Herbs, perennial, 3-8 dm. Stems prostrate, villous. Leaves sessile; blade oval to obovate, usually as broad as long, 1.3-3 × 1.1-1.7 cm, apex rounded, pilose, glabrate. Inflorescences axillary, sessile; heads stramineous, globose to ovoid, 0.6-1 × 0.6-0.7 cm; bracts equaling tepals, apex attenuate. Flowers: tepals dimorphic, stramineous, lanceolate, 5-7 mm, apex acuminate, spinose tipped, sparsely villous, hairs barbed; stamens 5; anthers 3-5, globose; pseudostaminodes triangular, shorter than filaments, margins dentate. Utricles included within tepals, brown, compressed, 1.8 mm, apex truncate. Seeds lenticular, 1.3-1.5 mm. Flowering summer-fall. Waste grounds, cleared limestone areas; 0-1500 m; introduced; Ala., Fla., La., N.Y., Tex.; West Indies; South America. Alternanthera pungens was long known as A. repens (Linnaeus) Link, a later homonym of A. repens J. F. Gmelin.
FNA 2004, Kearney and Peebles 1969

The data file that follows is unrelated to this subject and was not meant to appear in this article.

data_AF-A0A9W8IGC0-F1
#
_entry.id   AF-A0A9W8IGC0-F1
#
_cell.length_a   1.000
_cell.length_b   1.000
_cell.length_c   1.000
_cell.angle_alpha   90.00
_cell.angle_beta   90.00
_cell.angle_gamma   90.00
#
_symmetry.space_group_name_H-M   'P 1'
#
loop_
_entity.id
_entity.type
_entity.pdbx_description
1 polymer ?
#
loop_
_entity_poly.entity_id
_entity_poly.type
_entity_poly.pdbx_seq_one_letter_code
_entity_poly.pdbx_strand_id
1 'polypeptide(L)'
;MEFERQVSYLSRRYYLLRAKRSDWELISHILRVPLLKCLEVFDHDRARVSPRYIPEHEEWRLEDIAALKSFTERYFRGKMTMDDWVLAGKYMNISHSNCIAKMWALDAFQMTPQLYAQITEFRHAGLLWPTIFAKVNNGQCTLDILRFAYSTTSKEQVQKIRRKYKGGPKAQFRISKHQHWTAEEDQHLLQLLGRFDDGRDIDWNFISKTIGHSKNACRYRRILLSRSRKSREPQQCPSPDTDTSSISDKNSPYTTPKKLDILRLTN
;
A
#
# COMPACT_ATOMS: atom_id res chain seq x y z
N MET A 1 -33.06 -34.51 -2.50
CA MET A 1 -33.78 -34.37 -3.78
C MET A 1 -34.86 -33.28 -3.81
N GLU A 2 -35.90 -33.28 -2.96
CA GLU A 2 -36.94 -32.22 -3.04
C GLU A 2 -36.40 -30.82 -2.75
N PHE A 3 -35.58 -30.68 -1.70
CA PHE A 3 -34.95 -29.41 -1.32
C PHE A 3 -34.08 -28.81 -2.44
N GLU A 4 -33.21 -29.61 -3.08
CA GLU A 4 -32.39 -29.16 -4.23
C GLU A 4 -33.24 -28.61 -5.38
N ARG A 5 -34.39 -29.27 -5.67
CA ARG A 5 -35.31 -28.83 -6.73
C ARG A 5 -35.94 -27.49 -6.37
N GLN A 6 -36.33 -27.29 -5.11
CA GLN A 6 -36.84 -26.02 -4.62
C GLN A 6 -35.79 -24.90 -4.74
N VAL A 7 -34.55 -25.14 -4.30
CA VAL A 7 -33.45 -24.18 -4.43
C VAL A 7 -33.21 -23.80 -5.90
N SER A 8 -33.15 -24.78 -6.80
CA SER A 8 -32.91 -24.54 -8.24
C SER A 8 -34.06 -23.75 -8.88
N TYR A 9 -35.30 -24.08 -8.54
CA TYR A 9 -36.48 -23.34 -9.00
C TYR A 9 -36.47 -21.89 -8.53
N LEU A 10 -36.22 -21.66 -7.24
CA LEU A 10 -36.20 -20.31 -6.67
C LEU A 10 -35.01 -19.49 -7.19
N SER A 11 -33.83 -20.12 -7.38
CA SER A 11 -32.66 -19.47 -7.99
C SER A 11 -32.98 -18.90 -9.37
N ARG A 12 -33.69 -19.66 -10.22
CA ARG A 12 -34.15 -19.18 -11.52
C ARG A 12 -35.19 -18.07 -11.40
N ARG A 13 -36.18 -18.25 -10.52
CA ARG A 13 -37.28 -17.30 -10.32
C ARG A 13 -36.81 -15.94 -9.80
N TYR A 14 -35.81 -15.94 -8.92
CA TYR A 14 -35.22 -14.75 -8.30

Duration: Perennial Nativity: Non-Native Lifeform: Forb/Herb General: Perennial herb from a thick, woody, vertical root; stems prostrate and mat-forming, 30-80 cm, herbage villous. Leaves: Opposite, sessile, oval to obovate, the pairs generally unequal, 10-30 mm long and 10-17 mm wide, apex rounded, surfaces pilose to glabrate. Flowers: Green with conspicuous white bracts, borne in small condensed spikes in the leaf axils; the spikes globose to ovoid, 6-10 mm long and 6-7 mm wide; flowers sessile, subtended by attenuate bracts which equal the tepals in length; tepals 5, stramineous (chaffy and straw-like), lanceolate, 5-7 mm, apex acuminate, spine-tipped and sparsely villous with stiff, jointed and barbed hairs; stamens 5; anthers 3-5, globose; pseudostaminodes triangular, shorter than filaments. Fruits: Utricles included within the tepals, brown, compressed, 1.8 mm, with a trucnate apex; seeds lenticular, 1.5 mm. Ecology: Found in waste grounds and cleared limestone areas, from 0-5,000 ft (0-1524 m); flowering summer-fall. Distribution: Native to South America. FNA notes occurrences in AL, FL, LA, NY, TX, and the West Indies. USDA Plants also includes GA, SC, HI, and VA. Herbarium records from SEINet show the species in se AZ (Pima, Cochise, and Santa Cruz counties) and s NM (Grant and D Ethnobotany: Unknown. Synonyms: Achyranthes leiantha, Achyranthes repens, Alternanthera achyrantha, Achyranthes repens Editor: LCrumbacher2012, AHazelton 2015 Etymology: Alternanthera comes from the Latin alternus, "alternate," and anthera, "anthers," referring to the alternating stamens and staminodia; pungens means spiny, sharp-pointed.